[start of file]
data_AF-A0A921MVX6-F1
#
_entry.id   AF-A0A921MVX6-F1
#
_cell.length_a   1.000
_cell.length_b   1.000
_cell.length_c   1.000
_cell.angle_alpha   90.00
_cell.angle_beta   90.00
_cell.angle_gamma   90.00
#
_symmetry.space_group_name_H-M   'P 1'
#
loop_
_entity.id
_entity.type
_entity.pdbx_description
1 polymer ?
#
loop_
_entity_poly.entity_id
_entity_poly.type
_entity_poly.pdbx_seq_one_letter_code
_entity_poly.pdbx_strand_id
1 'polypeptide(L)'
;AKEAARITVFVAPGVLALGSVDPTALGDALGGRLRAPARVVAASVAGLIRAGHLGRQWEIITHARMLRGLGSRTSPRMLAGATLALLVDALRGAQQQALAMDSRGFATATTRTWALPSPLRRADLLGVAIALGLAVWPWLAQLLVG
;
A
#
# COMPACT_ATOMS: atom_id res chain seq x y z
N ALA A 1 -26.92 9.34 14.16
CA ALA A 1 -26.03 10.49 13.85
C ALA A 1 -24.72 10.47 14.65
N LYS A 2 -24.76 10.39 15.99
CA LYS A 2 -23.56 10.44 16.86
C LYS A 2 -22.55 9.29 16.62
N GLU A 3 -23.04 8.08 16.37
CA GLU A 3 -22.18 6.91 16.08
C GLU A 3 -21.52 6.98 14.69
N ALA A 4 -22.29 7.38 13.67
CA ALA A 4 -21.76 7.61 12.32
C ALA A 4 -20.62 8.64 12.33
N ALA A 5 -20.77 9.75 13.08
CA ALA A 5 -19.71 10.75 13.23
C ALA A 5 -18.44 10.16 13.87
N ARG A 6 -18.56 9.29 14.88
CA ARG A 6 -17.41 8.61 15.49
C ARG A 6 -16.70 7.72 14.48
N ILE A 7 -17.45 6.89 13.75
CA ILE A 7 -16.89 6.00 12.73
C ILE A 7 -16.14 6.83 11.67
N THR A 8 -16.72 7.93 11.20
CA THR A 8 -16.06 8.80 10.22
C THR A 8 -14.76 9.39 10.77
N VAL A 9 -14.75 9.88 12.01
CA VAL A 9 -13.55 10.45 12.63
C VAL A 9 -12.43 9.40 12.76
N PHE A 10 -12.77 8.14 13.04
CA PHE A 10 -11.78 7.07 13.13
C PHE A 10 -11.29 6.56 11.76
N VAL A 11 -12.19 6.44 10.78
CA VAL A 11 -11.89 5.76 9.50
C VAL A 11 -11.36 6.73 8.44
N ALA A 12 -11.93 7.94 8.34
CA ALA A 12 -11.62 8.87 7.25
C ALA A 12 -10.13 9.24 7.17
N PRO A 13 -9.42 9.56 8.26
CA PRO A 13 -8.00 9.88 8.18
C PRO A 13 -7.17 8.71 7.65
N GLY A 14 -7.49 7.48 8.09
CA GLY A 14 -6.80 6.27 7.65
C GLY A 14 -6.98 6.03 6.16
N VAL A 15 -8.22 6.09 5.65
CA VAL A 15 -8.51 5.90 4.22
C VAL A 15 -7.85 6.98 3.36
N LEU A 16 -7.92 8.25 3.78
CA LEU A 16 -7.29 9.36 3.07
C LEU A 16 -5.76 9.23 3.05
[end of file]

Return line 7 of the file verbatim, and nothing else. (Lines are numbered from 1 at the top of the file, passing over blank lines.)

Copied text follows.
_cell.length_c   1.000